Sept. 14, 2012
Biruwe: Our New Grauer’s Gorilla Research Base Camp
The Dian Fossey Gorilla Fund’s Grauer’s Gorilla Research and Conservation Program made significant progress this August in establishing infrastructure at the site of what is to be the program’s main base camp: Biruwe. The Democratic Republic of Congo (DRC) is home to the Grauer’s gorilla, a subspecies of east African gorilla. Unlike mountain gorillas, which have been studied in Rwanda at our Karisoke Research Center for more than four decades, little is known about Grauer’s gorillas because there are few habituated groups that researchers can observe. The Fossey Fund has been building a Grauer’s gorilla research program in DRC that will allow us not only to assess the numbers and stability of the current population in the region, but also to study and protect them.
The Dian Fossey Gorilla Fund operates three base camps in DRC, one in each of the three community-based reserves we work with — Reserve des Gorilles de Utunda et Watsa (REGOUWA), Reserve de Gorille de Punia (RGPU), and Conservation Communautaire pour la Reserve Forestiere de Bakano (COCREFOBA). From the camps inside each of these reserves, field staff patrol the surrounding forest, setting up temporary campsites in order to cover greater distances over several days. This year, the program’s goal was to confirm the presence of Grauer’s gorillas in the community reserves. Through regular treks in the forest, field staff have discovered nest sites, dung, and food remains that indeed indicate that Grauer’s gorillas are ranging in these areas. In fact, they believe they may have found a group of as many as 35 gorillas in REGOUWA!
The next phase of the program is to begin to identify specific gorilla groups, their sizes, and their home ranges. The Biruwe Research and Conservation Base will provide essential infrastructure for this phase, as it is centrally located to be accessible from the two other camps. For this reason, all data collected in the field will be stored in Biruwe and all the team leaders will meet there for technical and logistical assessment, planning, and to coordinate multi-team patrols.
This August, the Fossey Fund’s Congo program staff, including Program Manager Urbain Ngobobo-as-Ibungu and GIS and Information Coordinator Escobar Binyinyi, spent 18 days in the forest of the REGOUWA reserve supervising the construction of the Biruwe base camp, which is named after one of the three rivers that border the site. Located in a very remote area of Congo, the camp is designed to be as self-sufficient as possible. From the Biruwe River, a pipe channels water into a tank that supplies modern shower and toilet facilities. The camp also has a large wooden warehouse for storage and a rondavel (traditional round, thatched structure) where camp staff will gather for meals and meetings. The staff will live in tents, but each tent will sit on an elevated stone platform and have a thatch roof to prevent flooding or leaks during heavy rains. Eventually, Biruwe will have solar power and a satellite internet connection which will connect with the Fossey Fund server at our main research facility in Ruhengeri, Rwanda. Field data will be processed in Ruhengeri to produce, among other analyses, GIS layers showing distribution and other demographic information about Grauer’s gorillas. Later, biological samples may also be brought to our labs in Ruhengeri for analysis.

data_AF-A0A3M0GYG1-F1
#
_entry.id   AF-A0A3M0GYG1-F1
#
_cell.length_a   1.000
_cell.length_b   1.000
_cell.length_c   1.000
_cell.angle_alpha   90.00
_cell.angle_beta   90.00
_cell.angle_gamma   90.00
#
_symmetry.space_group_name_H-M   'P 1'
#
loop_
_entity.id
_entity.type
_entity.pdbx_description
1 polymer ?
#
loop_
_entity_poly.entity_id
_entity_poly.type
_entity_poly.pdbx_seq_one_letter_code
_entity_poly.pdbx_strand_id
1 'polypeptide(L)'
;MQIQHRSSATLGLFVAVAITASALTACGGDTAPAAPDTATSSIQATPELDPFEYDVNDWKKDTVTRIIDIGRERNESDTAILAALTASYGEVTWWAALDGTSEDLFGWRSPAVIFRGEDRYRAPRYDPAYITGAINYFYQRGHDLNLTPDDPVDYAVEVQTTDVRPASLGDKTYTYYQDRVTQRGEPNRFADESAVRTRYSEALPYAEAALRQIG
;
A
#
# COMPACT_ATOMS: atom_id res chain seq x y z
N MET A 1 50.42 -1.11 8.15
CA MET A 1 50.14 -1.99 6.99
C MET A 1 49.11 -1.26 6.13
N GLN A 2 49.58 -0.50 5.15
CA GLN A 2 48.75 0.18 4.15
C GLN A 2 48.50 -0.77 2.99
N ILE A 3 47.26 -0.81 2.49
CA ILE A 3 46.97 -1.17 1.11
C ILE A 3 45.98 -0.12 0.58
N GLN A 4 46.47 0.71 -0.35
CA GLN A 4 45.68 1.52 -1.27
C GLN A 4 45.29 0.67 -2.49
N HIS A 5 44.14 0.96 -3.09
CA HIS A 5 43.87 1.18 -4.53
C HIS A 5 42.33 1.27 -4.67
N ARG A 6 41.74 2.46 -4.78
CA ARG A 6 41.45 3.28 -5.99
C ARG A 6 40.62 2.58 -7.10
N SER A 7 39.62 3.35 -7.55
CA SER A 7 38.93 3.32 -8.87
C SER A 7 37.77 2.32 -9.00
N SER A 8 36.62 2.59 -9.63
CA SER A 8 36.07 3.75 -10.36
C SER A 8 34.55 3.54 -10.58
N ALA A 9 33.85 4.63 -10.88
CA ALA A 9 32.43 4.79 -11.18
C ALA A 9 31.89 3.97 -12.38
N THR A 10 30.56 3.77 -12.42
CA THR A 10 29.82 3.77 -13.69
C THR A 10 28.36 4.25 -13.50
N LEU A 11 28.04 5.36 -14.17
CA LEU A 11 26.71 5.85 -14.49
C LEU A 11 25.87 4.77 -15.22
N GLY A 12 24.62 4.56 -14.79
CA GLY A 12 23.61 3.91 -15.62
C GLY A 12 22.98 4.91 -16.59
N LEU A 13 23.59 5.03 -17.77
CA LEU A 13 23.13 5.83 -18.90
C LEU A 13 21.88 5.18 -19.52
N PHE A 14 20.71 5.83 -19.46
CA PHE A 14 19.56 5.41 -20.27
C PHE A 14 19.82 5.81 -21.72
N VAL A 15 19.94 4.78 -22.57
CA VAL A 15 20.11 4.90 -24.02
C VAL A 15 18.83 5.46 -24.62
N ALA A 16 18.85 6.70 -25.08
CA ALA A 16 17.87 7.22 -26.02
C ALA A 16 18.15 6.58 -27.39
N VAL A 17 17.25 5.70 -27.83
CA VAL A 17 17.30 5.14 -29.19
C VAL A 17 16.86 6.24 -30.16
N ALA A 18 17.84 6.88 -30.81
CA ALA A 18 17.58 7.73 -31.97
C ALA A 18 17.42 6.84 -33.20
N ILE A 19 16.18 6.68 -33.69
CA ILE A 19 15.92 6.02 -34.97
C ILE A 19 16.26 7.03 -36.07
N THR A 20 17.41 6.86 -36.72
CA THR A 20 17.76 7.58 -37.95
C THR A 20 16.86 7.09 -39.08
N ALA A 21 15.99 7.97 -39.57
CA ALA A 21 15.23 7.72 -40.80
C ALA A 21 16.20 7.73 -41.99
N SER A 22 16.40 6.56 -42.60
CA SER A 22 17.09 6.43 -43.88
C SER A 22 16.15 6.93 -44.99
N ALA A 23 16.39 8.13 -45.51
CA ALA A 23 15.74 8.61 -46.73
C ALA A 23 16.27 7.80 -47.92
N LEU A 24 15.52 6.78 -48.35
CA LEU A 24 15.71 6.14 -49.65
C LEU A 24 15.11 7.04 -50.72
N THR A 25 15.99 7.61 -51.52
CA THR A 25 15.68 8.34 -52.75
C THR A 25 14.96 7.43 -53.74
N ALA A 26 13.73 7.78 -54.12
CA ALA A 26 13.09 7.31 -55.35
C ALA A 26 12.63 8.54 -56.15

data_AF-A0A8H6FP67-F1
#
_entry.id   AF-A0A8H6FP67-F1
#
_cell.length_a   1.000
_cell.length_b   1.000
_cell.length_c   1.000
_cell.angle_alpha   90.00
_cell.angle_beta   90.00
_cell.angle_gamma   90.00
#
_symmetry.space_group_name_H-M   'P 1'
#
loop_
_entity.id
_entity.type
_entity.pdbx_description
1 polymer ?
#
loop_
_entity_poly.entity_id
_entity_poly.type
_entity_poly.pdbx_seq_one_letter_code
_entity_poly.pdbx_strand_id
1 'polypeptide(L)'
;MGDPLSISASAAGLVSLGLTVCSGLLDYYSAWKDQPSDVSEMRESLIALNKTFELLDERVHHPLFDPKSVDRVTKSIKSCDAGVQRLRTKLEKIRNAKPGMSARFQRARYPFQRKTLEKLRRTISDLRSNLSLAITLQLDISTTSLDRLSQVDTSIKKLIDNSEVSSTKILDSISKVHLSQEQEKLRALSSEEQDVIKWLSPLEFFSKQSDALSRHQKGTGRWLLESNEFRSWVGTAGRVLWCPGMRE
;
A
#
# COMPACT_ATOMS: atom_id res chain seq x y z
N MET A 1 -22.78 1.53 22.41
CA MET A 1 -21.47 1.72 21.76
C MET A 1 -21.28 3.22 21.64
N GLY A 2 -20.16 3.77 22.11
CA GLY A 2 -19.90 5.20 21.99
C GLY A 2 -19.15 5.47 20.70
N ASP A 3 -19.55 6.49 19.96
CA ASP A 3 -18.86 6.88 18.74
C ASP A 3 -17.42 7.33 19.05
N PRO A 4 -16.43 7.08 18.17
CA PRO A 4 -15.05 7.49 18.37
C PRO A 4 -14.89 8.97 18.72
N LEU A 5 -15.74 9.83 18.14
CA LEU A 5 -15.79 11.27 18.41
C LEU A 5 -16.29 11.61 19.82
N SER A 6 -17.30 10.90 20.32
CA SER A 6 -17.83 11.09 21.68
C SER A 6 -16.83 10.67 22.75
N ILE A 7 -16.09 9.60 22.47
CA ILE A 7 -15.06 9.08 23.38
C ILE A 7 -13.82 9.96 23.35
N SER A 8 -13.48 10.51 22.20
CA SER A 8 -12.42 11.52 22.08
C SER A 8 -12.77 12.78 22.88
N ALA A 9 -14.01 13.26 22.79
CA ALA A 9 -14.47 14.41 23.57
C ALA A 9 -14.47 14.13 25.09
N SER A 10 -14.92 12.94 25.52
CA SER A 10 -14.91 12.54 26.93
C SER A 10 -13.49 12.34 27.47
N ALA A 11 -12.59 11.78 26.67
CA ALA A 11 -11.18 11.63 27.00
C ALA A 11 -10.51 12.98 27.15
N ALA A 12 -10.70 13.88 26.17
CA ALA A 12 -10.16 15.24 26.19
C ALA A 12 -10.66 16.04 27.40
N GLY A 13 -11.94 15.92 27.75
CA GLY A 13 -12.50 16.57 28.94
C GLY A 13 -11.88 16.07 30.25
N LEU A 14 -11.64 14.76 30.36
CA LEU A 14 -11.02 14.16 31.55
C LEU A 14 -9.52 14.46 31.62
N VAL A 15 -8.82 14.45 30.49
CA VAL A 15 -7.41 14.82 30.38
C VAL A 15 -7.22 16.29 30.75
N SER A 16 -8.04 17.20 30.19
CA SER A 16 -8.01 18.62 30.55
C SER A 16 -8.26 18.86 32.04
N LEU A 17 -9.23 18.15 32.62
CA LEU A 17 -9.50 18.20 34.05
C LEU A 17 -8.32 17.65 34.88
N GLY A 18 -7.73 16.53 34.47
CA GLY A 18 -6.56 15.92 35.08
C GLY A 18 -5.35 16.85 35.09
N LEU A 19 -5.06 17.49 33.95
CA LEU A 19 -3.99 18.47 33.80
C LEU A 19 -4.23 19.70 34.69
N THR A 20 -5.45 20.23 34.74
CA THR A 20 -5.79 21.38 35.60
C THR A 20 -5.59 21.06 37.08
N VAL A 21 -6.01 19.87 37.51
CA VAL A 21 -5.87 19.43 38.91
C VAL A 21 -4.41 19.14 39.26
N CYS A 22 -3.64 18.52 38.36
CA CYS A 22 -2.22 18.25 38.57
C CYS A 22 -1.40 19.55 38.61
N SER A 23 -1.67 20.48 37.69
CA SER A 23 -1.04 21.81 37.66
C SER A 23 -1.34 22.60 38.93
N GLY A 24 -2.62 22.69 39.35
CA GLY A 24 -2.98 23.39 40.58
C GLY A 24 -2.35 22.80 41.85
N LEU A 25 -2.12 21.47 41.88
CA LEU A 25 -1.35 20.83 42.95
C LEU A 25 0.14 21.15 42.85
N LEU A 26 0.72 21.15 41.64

The Dian Fossey Gorilla Fund is also working to create revenue sources for the communities who manage the reserves. Ngobobo-as-Ibungu describes these as “activities which can not only improve the livelihood of the community but also allow those reserves to become progressively financially independent.” One way that the Fossey Fund has already begun to channel revenue to the community is by hiring local people as field staff and as construction workers to build the camp. The construction work was particularly welcome because the new school year was approaching. The money helped families pay their children’s school fees and purchase the supplies the children needed to attend school. This kind of close work with the community provides the Fossey Fund with an opportunity to communicate about our work and to create an exchange between the organization and the community that can help ensure that our conservation efforts are sustainable.
The construction of the Biruwe Research and Conservation Base was not only about building crucial material infrastructure for our Grauer’s gorilla program, it was also about strengthening our human infrastructure — the relationship between ourselves and the people living around the community reserves. This is essential to conservation efforts anywhere, but particularly in the DRC, which is politically unstable. Informal networks for exchanging information about security are especially necessary for working under these conditions. The Fossey Fund’s Congo program staff have been very successful in building these relationships over time, and projects like the construction of the Biruwe base will continue to strengthen and expand them.
We are very pleased to be able to share the progress made this summer in DRC and are looking forward to the team’s continued success in establishing this important and pioneering Grauer’s gorilla research and conservation program.